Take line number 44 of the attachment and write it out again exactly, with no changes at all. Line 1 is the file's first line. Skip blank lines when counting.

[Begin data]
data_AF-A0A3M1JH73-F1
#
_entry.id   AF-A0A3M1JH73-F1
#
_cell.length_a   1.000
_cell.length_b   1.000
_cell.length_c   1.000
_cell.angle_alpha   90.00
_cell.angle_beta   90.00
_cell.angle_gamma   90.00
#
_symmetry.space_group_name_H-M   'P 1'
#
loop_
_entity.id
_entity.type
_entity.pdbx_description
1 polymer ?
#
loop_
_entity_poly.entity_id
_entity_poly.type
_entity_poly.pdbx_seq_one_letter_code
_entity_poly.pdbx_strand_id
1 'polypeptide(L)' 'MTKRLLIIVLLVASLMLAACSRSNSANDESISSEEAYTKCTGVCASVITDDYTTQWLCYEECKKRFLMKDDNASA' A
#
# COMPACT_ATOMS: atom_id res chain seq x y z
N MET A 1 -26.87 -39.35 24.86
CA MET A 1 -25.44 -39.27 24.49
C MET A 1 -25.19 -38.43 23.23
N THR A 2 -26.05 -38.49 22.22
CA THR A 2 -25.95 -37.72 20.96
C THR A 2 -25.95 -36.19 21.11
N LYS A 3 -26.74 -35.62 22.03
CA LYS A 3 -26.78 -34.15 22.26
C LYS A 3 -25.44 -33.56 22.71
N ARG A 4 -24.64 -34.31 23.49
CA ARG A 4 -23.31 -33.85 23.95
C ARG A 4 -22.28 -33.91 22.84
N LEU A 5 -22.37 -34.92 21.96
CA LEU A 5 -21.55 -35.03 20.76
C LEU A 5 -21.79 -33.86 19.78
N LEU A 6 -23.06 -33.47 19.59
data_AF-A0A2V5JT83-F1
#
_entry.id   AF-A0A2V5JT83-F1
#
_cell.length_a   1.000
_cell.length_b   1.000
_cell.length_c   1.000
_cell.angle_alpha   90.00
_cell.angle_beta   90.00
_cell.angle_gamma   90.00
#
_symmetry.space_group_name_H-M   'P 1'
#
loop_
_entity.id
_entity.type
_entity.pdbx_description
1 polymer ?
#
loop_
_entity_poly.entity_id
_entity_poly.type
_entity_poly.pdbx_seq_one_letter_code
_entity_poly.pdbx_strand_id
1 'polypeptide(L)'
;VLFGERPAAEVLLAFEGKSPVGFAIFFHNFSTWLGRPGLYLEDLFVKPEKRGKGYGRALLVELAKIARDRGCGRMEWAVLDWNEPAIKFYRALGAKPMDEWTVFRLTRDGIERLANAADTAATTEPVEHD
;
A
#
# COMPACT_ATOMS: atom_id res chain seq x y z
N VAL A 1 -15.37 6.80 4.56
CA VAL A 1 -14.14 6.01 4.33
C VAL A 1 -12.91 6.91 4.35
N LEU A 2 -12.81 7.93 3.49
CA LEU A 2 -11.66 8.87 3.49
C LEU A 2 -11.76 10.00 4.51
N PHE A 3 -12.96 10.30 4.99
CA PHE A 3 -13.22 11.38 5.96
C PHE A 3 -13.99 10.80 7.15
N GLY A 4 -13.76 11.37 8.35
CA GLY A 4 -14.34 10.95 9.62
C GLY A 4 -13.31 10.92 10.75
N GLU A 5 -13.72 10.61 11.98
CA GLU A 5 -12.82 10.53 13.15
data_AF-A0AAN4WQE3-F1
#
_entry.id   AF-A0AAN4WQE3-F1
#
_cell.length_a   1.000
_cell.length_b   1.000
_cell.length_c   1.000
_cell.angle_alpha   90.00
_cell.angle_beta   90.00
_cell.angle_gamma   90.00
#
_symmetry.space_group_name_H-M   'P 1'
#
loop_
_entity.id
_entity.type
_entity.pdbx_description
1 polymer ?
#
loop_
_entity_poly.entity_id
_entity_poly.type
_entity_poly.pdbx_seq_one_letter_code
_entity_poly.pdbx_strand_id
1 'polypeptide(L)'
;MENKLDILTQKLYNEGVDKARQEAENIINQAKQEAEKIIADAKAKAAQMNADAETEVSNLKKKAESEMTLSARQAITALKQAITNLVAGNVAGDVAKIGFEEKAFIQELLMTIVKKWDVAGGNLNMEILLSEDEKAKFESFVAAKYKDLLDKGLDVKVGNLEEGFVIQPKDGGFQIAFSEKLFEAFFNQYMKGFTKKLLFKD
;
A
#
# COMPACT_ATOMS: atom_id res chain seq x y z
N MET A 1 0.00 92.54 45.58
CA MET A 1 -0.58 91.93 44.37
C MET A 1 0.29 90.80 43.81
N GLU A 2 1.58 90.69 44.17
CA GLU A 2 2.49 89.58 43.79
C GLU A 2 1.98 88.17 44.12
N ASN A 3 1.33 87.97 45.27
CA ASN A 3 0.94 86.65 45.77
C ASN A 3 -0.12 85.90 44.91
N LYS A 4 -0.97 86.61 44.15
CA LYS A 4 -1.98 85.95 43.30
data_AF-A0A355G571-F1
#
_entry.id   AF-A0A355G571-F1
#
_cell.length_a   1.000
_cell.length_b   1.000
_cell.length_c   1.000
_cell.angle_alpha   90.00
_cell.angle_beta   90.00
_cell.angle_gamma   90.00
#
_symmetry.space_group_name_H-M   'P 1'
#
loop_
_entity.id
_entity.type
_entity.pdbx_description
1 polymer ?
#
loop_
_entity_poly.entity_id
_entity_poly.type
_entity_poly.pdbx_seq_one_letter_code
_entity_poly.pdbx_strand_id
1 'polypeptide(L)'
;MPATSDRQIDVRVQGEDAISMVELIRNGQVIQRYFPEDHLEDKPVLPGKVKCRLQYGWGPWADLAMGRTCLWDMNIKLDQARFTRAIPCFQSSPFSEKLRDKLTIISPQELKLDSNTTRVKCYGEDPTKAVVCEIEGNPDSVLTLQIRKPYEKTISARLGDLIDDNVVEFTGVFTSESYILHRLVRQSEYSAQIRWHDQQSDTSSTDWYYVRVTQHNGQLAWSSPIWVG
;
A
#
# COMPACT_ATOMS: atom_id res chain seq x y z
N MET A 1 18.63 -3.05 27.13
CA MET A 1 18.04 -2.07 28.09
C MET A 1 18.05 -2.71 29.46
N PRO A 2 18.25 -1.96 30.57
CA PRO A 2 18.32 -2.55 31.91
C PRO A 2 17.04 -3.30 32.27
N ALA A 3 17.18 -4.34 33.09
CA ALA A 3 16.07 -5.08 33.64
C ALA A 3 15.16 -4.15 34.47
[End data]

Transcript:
data_AF-A0A2V5JT83-F1